Billionaire Could Save Original Land Rover Defender

The rich, sometimes, have trouble letting a good thing go.

Original Land Rover Defender
Simon Dawson/Bloomberg via Getty Images

Remember Walt Disney and his cryogenically-frozen body? Billionaires have a hard time saying goodbye. Reports indicate that one British billionaire—Jim Ratcliffe, founder of chemical company Ineos—is trying to resurrect the Land Rover Defender just six months after the iconic 4x4 finished its 67-year production run.

The United Nation's favorite SUV met its end after Land Rover finally admitted the half-century-old platform could no longer be successfully modified to meet increasingly strict emissions and safety regulations. Additionally, despite cultural significance, widespread adoration, and a near-frenzy for the trucks in the United States, sales volumes were low. Many, it seems, were happy to have a Defender on their computer desktop—just not in the garage.

Still, since when have major market forces gotten in the way of a billionaire's whims? According to The Sunday Times, Ratcliffe held a meeting with senior officials at Jaguar Land Rover, though neither JLR or Ineos will comment on the minutes. Ratcliffe, who purchased one of the last 100 Land Rover Defenders made, is rumored to be in talks to purchase either the intellectual property/licensing rights for the old Defender, the production means and machinery, or both, in order to keep them in production in the United Kingdom.

But the name isn't going away even if the Ratcliffe plans turns out to be smoke and mirrors. Land Rover is poised to begin production on a new Defender in 2018 or 2019. In order to keep costs low and meet the aforementioned emissions rules, the new truck will likely share an aluminum monocoque with the rest of the Land Rover line-up. In classic Defender tradition, several bodystyle options with different wheelbases and roofs will be available. Though the Defender may be the automobile most affiliated with Britain, continued production at JLR’s Solihull plant might prove too costly; manufacturing facilities in countries like Slovakia are being considered. Will a Defender manufactured by non-British hands retain its signature, loch-wide panel gaps?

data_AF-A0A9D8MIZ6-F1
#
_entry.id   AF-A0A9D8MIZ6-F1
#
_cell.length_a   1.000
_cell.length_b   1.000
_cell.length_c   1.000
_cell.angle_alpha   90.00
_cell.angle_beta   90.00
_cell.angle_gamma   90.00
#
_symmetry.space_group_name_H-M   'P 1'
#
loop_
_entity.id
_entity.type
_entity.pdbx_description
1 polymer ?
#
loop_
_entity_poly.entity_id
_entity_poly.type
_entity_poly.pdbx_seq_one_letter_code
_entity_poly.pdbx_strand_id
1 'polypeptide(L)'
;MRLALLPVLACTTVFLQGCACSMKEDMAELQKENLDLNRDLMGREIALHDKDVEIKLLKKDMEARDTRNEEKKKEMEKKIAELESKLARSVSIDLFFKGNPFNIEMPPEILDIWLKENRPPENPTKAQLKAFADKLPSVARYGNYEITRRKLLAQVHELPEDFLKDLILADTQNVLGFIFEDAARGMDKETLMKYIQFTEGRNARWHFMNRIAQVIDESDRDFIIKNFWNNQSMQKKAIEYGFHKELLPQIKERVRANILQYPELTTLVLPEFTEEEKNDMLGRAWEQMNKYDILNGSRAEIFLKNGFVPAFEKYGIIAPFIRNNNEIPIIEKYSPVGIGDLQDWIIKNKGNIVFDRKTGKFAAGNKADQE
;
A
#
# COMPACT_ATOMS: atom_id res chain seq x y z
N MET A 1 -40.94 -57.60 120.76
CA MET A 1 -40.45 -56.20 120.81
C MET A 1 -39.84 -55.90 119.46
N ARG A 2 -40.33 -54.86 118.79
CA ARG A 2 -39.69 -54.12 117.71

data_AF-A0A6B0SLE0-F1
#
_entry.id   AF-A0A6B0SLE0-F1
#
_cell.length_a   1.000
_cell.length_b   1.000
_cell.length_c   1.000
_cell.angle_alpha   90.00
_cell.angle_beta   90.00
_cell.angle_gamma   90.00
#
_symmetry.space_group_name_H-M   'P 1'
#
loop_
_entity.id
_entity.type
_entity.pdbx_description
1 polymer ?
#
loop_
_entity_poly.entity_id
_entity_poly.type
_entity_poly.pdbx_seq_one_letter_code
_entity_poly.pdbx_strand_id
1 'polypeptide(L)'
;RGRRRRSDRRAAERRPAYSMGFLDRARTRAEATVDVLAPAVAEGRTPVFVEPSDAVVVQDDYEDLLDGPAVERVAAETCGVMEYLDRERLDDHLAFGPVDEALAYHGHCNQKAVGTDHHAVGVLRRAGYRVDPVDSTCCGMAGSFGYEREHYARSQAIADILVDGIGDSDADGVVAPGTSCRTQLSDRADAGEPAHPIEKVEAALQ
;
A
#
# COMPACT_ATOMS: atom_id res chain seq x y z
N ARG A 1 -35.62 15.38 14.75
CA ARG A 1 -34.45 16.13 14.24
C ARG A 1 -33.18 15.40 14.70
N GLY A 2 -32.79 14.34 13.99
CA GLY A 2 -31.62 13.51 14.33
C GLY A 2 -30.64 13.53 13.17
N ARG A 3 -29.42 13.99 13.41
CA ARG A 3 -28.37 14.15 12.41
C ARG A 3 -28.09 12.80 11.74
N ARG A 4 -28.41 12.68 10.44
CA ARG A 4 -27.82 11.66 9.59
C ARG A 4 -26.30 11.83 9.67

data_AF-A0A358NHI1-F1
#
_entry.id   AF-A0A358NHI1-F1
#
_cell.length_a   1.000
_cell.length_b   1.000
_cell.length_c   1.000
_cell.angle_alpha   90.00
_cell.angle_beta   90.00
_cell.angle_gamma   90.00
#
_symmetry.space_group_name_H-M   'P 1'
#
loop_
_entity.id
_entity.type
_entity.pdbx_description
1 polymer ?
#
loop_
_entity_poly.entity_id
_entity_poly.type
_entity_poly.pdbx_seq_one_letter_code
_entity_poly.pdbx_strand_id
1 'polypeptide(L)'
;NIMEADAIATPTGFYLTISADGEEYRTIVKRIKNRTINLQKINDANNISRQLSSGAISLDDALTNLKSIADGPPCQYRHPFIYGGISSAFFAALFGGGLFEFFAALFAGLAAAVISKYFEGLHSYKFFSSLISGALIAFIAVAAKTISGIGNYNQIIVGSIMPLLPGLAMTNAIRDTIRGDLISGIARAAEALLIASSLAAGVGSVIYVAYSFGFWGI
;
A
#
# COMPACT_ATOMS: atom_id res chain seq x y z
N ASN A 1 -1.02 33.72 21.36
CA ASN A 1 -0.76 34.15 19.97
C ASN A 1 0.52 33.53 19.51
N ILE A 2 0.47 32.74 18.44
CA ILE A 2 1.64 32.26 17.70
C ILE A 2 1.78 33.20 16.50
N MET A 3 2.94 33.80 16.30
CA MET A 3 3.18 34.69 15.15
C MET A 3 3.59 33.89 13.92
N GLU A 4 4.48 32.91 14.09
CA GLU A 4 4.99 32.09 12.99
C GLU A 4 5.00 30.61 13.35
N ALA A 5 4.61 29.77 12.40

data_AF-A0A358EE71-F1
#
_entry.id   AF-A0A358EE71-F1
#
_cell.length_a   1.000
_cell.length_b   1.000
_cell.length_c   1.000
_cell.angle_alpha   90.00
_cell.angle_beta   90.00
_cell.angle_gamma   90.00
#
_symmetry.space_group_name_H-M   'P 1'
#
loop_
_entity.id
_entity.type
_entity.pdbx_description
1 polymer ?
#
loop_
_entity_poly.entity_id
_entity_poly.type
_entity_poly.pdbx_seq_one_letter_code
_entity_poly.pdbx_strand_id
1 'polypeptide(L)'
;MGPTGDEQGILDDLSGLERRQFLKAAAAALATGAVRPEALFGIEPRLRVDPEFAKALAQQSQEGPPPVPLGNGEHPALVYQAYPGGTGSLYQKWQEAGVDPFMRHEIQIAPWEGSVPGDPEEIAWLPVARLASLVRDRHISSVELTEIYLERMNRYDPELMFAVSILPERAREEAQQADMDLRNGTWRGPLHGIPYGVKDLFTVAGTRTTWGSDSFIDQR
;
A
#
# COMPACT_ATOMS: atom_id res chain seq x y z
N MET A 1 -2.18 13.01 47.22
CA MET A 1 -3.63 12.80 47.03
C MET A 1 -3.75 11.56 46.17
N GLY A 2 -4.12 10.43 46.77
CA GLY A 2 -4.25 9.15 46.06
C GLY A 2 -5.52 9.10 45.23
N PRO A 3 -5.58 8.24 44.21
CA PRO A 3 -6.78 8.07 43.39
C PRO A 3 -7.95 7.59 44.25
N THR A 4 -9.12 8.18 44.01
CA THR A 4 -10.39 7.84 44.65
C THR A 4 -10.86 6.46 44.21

No matter what happens, come 2020, lovers of the original Road Tractor should have plenty of options. For the rest of us who lack the billions of dollars need to resurrect it or even the tens of thousands needed to bring one home...well, at least we'll always have these sweet Land Rover Defender posters.